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Washington Person of 2008: Dino Rossi

Dino Rossi

Dino Rossi

In 2008, Dino Rossi was not so much “the man who” as “the man without who(m)” . . .

He was the measuring point, and may continue to be for a while.

Dial it back a year ago, and imagine Rossi, the photo-finisher for governor in 2004 who didn’t become governor, decided that, nah, a second run wasn’t in the cards. That little counterfactual leads to a surprisingly long list of events and trends that probably would have played out differently in Washington over the last year. Not so much in terms of overall final political results: Washington wound up with a Democratic-dominated general election as it was. But the changes would have been quite real anyway.

Start with this: When it came to the governor’s race, the one big contest on the dock this year in Washington, Republicans were up against the wall. They had scant bench: If their nominee would not be Rossi, the descent to the next most serious contender would have been precipitous. Democrat Chris Gregoire was well positioned for re-election, and against almost any Republican in the state other than Rossi, the race would have been seen as a runaway re-elect from the outset. It would have gotten modest attention, and the psychology would have developed that Washington was set up to be a Democratic sweep state this year. That swiftly would have turned into a self-fulfilling prophecy.

In turn, that might have made some difference in a number of spots. It could have depressed Republican activity overall and especially around Rossi’s home turf in eastern King County; the 8th District U.S. House race was close enough that it could have switched. So might several state legislative races, which might have dug the Republican hole deeper still.

Put it this way. Republicans in Washington are in a deep minority, but this year may have marked the end of the fall; taken as a whole, Republicans in the Everegreen did not lose substantial ground again, as they had in very election for a decade. Apart from the loss of a statewide office (lands commissioner), they were able at least to hold their own, which gives them the opportunity to start working their way back. They would have been in worst shape than that, but for Rossi; and that’s not a small thing.

The goalposts of policy discussion – and action – would have been different, too. Rossi, a skilled campaigner and crisply articulate in debate, poured on the heat on taxes and budgets, and through the year (and even after the election) you could make out a sense that he was pushing the mid-point on these matters, and Gregoire was reacting to it. Rossi probably had a real impact on the Gregoire Administration this year, and maybe next too.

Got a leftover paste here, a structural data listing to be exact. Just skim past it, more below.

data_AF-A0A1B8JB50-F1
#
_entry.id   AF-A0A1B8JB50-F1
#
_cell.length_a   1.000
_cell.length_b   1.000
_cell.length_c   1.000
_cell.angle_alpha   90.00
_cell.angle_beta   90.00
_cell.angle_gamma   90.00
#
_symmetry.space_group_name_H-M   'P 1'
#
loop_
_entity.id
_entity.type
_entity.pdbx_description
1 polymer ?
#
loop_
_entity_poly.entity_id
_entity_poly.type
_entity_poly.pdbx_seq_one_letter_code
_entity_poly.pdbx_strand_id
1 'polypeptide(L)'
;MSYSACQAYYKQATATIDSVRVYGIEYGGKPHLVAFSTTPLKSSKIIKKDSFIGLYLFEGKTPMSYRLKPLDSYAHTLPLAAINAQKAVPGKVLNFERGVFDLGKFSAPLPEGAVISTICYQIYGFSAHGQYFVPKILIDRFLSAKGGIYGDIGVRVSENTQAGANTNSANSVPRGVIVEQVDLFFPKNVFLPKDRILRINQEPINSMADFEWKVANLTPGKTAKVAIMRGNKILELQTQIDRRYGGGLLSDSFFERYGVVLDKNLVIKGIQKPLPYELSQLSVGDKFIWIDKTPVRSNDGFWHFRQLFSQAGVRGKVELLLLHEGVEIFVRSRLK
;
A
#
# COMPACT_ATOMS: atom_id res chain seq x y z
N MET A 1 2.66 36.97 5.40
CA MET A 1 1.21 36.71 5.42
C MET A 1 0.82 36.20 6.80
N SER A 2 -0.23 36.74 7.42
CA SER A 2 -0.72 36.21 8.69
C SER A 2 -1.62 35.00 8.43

Title of office, evn when you fail to get it, isn’t the only way to measure impact.

Honorable Mentions: Some of the others we considered . . .

Chris Gregoire. Well, of course, the governor is always a possibility; the governor’s actions often have big import. And politically, she jumped on the Obama wagon at a critical moment. But she seemed on defense a good deal of the time, and her re-election didn’t seem to suggest any particular new direction. Besides which, by then, she was having to scramble around the flailing economy.

Kerry Killinger. Don’t recognize the name? He was Washington Mutual’s CEO from 1990 until his ouster last September. If you want a face to put on the economic crisis in Washington state specifically, you could do worse that Killinger. From a New York Times article: “Between 2001 and 2007, Killinger received compensation of $88 million, according to the Corporate Library, a research firm. He declined to respond to a list of questions, and his spokesman said he was unavailable for an interview. During Killinger’s tenure, WaMu pressed sales agents to pump out loans while disregarding borrowers’ incomes and assets, according to former employees. The bank set up what insiders described as a system of dubious legality that enabled real estate agents to collect fees of more than $10,000 for bringing in borrowers, sometimes making the agents more beholden to WaMu than they were to their clients.”

Booth Gardner. A strong reader-suggested choice, because Gardner – a former governor – was clearly the key figure pushing Washington’s adoption of Initiative 1000, the physician assisted-suicide measure, making Washington one of only two states (Oregon being the other) to enact such a measure. It was a significant change in policy and voter philosophy. Gardner’s impact in 2008 was highly significant.

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